Some Louisiana urban environments have a multicultural, multilingual heritage, being so strongly influenced by a mixture of 18th century French, Saint Dominican, Spanish, French Canadian, Acadian, Native American, and West African cultures that they are considered to be exceptional in the U.S. Before the American purchase of the territory in 1803, the present–day U.S. state of Louisiana had been both a French colony and a Spanish one. In addition, colonists imported various West African peoples as slaves in the 18th century. Many came from peoples of the same region of West Africa, thus concentrating their culture; Filipinos also arrived during colonial Louisiana. In the post–Civil War environment, Anglo Americans increased the pressure for Anglicization, and in 1921, English was for a time made the sole language of instruction in Louisiana schools before a policy of multilingualism was revived in 1974. There has never been an official language in Louisiana, and the state constitution enumerates "the right of the people to preserve, foster, and promote their respective historic, linguistic, and cultural origins."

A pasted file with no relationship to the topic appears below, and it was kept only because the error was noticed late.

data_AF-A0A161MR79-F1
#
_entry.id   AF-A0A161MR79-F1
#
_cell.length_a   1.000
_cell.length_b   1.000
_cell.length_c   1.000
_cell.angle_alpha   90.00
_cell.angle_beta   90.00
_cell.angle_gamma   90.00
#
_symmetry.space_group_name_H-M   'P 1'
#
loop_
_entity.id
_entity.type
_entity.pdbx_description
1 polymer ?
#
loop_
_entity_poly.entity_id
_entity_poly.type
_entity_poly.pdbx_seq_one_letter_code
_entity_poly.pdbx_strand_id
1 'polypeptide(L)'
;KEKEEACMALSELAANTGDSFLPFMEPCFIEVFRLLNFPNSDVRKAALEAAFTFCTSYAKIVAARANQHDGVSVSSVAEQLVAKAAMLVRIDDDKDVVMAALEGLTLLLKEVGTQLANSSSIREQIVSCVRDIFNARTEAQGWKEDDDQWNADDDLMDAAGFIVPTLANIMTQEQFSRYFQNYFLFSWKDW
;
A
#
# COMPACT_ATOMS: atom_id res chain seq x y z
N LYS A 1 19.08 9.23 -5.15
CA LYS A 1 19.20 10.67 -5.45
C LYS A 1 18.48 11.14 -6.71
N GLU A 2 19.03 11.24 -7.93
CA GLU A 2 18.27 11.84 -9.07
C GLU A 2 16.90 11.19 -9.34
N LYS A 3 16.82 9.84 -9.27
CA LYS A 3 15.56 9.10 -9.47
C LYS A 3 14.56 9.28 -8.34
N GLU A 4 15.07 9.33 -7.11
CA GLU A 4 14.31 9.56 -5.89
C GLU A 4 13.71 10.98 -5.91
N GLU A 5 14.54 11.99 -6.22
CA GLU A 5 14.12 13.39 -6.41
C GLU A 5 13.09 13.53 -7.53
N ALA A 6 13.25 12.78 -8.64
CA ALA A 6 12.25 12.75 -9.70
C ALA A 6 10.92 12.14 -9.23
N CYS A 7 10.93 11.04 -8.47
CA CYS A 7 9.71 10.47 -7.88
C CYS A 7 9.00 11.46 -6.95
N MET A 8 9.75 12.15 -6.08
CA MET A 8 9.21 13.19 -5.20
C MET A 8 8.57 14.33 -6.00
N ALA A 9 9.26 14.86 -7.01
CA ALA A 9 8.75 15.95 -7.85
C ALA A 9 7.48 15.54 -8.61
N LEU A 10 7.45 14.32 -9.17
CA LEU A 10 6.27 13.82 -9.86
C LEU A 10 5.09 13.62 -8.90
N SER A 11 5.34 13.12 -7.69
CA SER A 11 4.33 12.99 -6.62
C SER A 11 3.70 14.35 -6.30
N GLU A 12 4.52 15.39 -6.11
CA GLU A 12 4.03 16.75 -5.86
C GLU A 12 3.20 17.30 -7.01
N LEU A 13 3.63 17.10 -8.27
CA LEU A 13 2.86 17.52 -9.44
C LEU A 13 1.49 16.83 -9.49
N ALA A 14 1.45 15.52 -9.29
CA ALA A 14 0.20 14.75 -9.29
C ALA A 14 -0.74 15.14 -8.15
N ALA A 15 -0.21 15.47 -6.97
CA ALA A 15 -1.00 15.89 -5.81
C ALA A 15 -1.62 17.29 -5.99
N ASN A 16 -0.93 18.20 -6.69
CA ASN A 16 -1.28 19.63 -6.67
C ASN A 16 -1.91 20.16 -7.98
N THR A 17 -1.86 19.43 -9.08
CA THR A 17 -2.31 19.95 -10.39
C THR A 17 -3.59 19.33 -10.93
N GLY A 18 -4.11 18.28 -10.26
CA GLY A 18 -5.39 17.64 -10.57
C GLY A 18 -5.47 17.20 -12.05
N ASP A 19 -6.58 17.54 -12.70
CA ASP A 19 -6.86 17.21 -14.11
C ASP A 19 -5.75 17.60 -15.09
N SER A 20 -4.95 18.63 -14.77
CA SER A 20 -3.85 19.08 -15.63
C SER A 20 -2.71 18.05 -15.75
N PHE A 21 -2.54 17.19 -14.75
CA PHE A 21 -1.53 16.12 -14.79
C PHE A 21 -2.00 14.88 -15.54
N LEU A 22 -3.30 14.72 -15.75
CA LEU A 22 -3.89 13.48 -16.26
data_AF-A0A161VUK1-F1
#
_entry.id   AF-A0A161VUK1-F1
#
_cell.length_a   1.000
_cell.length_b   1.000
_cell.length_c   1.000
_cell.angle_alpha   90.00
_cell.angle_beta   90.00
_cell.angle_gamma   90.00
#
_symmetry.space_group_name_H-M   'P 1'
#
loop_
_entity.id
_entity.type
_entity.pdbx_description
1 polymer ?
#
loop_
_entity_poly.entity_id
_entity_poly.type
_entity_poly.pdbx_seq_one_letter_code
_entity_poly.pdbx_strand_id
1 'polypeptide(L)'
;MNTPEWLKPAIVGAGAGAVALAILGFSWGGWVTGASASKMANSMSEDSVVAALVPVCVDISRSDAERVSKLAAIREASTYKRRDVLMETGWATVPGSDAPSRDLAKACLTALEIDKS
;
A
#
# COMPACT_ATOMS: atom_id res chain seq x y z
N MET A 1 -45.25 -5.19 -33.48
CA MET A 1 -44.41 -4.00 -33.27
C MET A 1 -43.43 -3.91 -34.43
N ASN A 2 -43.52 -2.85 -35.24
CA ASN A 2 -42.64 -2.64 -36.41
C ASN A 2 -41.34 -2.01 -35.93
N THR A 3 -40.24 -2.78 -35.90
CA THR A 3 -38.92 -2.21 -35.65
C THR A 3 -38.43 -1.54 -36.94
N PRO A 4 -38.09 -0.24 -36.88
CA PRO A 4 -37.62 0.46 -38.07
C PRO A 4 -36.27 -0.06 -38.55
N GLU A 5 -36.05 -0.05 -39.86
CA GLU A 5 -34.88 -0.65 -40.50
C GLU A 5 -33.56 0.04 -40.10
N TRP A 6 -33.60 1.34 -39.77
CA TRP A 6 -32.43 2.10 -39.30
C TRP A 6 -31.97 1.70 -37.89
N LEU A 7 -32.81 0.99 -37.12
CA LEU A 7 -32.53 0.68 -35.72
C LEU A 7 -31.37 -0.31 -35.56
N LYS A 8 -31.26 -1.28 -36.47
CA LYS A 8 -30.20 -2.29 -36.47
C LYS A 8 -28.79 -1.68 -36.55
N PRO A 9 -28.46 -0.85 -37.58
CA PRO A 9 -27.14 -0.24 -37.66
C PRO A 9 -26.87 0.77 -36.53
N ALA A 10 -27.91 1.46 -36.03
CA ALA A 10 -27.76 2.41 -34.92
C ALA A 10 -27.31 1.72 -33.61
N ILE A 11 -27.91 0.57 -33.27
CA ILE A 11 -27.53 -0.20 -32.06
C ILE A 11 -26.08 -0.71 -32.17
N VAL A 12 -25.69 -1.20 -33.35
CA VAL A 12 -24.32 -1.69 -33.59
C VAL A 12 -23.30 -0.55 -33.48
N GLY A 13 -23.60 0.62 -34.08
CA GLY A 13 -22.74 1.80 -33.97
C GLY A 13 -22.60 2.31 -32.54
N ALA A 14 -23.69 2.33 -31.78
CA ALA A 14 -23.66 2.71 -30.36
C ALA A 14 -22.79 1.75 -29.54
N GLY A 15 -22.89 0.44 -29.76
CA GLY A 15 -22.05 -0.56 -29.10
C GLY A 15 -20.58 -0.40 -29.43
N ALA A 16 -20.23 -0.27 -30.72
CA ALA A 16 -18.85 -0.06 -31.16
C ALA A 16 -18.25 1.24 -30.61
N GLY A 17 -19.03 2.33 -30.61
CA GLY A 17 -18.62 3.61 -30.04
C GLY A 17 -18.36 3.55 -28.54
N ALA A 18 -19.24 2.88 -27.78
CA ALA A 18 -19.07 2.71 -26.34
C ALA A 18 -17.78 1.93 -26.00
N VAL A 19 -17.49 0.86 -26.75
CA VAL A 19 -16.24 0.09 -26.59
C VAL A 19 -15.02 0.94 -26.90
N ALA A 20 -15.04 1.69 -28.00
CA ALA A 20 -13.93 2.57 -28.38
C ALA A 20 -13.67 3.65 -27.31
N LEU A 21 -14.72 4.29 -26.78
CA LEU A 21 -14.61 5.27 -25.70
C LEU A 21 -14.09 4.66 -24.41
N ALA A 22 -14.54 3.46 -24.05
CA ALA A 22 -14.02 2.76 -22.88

Based on national averages, Louisiana frequently ranks low among the U.S. in terms of health, education, development, and high in measures of poverty. In 2018, Louisiana was ranked as the least healthy state in the country, with high levels of drug-related deaths and excessive alcohol consumption, while it has had the highest homicide rate in the United States since at least the 1990s. (Full article...)
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